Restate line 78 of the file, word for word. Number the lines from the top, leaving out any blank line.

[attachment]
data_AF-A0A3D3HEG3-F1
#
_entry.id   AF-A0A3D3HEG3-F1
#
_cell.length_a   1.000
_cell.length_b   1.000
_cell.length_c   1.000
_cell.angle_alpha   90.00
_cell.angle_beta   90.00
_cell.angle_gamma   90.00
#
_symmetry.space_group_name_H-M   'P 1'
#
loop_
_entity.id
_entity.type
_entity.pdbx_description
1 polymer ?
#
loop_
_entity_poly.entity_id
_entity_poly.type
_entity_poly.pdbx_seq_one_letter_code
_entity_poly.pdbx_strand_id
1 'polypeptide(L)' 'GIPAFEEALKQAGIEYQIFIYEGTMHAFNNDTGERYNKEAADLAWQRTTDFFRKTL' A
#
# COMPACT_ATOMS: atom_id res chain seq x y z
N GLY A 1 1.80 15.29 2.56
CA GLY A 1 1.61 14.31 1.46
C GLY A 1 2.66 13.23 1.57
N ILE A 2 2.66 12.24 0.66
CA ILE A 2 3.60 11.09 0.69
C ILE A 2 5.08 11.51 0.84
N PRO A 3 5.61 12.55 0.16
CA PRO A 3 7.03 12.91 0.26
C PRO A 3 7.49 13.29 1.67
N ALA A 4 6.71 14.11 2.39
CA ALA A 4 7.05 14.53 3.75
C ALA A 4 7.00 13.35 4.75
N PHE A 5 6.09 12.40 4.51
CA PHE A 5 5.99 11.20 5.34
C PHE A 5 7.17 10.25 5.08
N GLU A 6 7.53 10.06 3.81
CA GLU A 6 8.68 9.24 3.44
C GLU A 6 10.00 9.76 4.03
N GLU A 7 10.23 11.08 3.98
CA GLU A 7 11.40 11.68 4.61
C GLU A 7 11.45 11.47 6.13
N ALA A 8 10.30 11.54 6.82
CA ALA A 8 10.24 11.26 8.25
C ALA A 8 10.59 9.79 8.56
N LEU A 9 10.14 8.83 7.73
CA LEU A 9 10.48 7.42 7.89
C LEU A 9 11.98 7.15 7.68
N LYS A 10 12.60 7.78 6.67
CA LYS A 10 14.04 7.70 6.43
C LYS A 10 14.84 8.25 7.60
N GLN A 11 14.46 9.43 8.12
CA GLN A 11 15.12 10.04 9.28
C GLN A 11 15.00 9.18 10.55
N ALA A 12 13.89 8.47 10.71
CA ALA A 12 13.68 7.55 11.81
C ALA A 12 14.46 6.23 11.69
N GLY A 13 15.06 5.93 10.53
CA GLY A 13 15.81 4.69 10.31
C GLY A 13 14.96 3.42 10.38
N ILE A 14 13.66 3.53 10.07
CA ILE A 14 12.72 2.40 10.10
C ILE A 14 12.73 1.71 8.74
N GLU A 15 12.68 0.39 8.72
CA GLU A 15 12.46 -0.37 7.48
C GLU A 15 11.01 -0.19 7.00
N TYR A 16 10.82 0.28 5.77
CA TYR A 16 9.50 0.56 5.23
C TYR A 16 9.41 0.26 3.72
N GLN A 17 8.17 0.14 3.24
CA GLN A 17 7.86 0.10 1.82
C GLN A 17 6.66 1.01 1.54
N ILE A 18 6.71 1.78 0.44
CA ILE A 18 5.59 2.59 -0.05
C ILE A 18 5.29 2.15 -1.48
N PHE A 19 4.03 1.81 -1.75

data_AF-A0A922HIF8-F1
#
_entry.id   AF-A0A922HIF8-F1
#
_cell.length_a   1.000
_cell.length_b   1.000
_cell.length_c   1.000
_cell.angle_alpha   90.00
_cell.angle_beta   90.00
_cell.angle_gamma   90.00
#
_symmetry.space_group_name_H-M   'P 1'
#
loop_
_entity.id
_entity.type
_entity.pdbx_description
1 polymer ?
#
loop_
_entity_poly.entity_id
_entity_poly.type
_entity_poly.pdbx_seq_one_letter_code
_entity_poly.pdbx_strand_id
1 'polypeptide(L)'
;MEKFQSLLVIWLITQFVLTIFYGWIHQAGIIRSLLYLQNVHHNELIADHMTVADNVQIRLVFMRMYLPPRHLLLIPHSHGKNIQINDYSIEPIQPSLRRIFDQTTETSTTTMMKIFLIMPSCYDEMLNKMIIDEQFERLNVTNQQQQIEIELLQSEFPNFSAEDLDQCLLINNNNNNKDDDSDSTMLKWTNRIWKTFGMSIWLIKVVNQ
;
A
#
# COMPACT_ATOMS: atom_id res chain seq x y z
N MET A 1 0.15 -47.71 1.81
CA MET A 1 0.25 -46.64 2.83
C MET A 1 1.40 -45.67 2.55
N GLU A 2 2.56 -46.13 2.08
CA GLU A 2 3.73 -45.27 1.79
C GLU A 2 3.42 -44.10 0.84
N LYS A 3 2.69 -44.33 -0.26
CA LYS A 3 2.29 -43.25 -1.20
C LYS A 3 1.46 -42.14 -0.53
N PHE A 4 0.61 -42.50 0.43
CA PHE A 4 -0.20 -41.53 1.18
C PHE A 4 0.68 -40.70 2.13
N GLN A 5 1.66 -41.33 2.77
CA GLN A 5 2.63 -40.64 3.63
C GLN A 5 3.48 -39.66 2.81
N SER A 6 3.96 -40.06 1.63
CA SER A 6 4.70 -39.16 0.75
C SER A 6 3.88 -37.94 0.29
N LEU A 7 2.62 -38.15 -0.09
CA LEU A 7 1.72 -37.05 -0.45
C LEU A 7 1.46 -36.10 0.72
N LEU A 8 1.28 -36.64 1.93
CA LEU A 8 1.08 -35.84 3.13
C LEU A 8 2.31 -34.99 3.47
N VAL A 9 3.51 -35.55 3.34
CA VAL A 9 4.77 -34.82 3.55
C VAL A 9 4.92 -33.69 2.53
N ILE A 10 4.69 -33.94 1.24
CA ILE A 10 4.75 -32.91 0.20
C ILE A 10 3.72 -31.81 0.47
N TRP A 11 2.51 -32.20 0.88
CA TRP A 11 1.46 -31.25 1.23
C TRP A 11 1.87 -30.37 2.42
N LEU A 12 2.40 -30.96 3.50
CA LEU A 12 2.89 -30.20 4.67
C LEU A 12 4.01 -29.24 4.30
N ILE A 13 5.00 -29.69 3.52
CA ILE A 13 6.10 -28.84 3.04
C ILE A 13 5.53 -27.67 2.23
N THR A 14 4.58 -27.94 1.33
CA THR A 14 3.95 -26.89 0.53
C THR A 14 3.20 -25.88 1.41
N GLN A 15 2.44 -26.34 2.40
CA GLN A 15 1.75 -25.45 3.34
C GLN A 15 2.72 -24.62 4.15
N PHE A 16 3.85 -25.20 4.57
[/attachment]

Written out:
C GLN A 17 6.66 1.01 1.54